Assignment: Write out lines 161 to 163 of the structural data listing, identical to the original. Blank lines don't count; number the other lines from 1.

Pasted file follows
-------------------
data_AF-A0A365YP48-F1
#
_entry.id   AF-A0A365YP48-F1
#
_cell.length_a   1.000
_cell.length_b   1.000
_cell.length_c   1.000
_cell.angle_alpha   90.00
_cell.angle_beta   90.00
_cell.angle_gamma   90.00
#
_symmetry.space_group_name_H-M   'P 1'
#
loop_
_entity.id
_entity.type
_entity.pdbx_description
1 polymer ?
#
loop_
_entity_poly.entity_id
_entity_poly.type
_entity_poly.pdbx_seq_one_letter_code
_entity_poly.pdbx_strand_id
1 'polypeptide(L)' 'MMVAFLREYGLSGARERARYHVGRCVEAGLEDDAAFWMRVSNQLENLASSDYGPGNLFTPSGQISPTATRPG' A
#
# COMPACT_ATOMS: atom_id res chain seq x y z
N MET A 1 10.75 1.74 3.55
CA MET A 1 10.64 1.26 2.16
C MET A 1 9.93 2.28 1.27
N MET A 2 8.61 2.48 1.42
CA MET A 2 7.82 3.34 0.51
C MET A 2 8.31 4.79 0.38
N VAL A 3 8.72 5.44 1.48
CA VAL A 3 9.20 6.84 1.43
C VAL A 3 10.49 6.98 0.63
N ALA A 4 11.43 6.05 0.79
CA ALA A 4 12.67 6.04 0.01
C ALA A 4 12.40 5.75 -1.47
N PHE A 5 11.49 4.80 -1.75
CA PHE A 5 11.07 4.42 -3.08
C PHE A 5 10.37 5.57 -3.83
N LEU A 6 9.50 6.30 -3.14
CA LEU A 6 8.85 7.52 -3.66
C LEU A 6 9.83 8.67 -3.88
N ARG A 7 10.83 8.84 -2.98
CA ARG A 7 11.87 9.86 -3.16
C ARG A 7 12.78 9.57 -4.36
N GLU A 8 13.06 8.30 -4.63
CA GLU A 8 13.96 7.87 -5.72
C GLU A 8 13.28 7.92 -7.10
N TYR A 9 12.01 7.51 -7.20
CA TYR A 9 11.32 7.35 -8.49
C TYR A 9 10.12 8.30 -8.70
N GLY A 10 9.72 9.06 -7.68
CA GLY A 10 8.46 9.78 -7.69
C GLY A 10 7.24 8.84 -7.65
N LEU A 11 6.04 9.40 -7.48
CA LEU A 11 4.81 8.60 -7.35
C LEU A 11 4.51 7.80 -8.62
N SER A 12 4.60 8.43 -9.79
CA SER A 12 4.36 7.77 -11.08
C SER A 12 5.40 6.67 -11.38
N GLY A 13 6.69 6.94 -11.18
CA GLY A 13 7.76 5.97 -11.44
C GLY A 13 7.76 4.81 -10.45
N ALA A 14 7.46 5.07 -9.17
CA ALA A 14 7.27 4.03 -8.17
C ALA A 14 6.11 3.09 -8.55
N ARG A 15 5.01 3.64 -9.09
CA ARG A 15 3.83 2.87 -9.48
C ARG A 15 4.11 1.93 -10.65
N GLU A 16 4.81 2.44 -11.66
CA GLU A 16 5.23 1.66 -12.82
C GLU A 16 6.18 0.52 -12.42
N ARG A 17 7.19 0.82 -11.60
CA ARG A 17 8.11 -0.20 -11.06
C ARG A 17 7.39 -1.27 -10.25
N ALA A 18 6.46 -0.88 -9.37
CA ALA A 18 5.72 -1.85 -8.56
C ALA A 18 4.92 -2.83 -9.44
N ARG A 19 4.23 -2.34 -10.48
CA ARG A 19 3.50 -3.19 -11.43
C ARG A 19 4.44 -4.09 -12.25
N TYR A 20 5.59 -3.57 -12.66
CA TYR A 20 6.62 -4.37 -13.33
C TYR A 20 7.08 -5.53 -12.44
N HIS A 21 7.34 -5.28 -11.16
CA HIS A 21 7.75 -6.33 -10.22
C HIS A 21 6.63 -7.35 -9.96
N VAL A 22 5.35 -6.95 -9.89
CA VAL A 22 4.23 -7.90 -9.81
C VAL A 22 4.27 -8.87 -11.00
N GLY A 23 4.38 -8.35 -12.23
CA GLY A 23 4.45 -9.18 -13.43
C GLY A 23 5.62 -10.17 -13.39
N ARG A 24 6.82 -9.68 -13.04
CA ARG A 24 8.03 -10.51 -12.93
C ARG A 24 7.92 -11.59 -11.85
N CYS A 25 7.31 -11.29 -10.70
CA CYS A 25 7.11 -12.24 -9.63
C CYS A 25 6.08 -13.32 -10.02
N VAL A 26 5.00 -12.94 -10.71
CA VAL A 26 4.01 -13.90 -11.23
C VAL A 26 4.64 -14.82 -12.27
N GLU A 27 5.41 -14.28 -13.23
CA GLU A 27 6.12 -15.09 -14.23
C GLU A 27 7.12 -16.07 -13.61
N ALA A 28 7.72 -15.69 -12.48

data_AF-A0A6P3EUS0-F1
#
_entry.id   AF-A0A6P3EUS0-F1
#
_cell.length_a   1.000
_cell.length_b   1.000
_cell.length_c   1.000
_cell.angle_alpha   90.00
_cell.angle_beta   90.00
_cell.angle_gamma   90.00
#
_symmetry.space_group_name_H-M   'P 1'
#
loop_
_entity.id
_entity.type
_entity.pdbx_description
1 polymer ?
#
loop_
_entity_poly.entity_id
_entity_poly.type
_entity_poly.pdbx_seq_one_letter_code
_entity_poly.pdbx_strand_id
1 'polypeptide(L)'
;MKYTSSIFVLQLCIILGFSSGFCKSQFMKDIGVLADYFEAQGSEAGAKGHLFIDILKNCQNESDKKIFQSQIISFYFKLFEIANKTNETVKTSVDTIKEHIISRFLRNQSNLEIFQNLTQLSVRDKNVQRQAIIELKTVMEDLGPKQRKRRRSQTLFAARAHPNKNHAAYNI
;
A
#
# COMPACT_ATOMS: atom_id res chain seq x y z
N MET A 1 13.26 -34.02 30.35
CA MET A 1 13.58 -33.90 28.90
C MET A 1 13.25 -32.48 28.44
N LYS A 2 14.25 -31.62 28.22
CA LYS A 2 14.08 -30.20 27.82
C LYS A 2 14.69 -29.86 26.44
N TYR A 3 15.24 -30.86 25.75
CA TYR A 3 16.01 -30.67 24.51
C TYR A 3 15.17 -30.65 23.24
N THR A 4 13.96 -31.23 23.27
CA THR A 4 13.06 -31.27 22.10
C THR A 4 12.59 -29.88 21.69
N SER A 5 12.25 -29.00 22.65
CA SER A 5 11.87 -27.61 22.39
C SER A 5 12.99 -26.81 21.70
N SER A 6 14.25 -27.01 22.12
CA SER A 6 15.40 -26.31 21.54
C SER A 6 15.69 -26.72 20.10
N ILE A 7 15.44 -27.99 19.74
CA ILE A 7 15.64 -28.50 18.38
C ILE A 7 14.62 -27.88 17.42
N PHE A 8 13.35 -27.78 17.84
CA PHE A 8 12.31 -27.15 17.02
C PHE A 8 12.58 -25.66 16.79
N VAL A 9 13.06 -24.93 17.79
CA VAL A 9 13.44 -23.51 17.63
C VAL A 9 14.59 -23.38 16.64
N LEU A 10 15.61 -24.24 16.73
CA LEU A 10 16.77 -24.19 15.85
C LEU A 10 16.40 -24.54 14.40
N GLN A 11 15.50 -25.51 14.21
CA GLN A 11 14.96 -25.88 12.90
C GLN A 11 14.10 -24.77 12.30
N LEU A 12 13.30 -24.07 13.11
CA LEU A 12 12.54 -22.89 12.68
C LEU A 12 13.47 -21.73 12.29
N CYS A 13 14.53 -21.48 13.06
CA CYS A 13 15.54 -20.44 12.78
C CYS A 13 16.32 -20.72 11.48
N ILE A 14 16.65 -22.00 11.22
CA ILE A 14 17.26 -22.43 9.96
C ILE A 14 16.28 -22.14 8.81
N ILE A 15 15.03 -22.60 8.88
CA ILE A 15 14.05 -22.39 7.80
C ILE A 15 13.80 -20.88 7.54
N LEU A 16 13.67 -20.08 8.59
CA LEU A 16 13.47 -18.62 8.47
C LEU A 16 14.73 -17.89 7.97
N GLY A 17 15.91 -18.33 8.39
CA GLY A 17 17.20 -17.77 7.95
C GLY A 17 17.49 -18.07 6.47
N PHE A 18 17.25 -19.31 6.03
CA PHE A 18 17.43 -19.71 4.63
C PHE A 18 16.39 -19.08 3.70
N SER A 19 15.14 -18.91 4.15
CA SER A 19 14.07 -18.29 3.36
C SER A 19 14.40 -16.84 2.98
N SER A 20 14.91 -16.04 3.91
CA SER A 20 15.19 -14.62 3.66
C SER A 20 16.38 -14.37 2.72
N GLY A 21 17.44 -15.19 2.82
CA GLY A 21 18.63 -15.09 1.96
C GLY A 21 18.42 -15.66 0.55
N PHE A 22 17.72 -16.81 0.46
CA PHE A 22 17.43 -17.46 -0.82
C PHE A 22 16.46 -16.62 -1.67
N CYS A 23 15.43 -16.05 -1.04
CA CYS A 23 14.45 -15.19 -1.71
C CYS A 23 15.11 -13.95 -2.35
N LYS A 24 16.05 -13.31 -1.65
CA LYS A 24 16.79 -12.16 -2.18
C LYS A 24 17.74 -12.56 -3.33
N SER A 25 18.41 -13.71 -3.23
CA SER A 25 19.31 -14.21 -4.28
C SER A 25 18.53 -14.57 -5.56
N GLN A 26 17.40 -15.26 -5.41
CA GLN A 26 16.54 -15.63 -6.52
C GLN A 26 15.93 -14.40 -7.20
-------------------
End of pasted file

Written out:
N PHE A 8 13.35 -27.78 17.84
CA PHE A 8 12.31 -27.15 17.02
C PHE A 8 12.58 -25.66 16.79